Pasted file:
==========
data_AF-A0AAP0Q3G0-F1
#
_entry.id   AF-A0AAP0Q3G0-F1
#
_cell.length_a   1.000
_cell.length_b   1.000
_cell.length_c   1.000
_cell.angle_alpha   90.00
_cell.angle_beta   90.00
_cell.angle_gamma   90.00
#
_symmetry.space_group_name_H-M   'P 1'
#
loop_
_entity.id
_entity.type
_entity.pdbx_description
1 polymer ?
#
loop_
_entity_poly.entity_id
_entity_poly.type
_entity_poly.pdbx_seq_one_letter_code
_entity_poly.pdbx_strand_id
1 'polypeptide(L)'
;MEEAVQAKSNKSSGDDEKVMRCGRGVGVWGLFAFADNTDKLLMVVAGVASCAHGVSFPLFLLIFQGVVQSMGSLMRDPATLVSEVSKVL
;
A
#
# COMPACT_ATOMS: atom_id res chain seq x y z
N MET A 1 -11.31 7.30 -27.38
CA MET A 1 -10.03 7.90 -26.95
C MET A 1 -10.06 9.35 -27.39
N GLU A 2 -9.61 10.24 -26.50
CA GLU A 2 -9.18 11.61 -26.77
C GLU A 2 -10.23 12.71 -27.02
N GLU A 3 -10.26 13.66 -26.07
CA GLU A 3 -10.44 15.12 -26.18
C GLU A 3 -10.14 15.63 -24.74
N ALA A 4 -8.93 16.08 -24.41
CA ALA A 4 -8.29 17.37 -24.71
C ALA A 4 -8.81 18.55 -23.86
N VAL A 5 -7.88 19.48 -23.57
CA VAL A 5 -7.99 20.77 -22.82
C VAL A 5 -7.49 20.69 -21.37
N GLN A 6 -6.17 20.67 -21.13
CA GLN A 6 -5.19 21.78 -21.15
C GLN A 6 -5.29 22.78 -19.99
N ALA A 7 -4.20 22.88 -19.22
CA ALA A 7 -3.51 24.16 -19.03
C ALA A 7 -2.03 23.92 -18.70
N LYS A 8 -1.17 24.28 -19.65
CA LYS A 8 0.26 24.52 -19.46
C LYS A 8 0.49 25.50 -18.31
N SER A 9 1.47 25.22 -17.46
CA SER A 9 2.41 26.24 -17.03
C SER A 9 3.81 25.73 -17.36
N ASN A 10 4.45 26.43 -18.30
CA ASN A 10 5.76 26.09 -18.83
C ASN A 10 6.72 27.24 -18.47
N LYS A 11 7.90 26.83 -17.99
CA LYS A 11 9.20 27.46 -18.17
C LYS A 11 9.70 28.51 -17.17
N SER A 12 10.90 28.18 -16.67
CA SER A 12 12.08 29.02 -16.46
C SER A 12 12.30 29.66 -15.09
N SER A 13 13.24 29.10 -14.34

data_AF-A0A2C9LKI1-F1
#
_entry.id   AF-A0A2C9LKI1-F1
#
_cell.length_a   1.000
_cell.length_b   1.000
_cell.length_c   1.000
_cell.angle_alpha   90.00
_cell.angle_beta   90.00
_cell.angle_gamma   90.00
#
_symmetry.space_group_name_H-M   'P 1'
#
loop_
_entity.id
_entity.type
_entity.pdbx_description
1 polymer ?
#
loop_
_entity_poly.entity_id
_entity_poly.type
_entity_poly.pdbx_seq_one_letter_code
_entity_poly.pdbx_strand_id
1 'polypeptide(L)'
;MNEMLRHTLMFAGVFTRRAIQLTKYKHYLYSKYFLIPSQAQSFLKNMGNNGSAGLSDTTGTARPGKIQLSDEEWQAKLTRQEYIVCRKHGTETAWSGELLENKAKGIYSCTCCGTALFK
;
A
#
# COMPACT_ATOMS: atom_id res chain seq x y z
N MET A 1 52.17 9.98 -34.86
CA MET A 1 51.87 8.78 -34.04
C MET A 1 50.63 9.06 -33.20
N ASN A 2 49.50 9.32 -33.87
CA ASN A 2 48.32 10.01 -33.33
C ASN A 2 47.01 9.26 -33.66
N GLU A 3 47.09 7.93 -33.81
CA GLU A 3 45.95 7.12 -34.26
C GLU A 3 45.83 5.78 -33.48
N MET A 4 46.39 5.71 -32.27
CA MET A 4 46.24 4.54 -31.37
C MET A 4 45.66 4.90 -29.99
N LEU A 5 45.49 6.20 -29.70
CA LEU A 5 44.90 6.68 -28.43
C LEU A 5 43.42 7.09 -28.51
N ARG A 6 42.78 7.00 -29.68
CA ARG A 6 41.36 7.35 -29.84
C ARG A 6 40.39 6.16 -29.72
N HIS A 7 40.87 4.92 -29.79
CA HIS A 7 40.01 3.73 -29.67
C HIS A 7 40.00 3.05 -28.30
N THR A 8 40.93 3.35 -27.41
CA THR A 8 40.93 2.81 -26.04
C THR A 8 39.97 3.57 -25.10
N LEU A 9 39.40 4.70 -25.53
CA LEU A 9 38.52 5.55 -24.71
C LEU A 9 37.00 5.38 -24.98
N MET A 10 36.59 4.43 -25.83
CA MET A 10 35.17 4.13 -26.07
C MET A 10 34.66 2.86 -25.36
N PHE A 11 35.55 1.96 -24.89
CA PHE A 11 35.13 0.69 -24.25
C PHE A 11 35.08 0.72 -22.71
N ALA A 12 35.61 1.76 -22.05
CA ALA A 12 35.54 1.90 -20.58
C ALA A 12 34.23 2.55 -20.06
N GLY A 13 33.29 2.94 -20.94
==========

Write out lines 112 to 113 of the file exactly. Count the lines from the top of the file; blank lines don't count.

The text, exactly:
C LEU A 5 43.42 7.09 -28.51
N ARG A 6 42.78 7.00 -29.68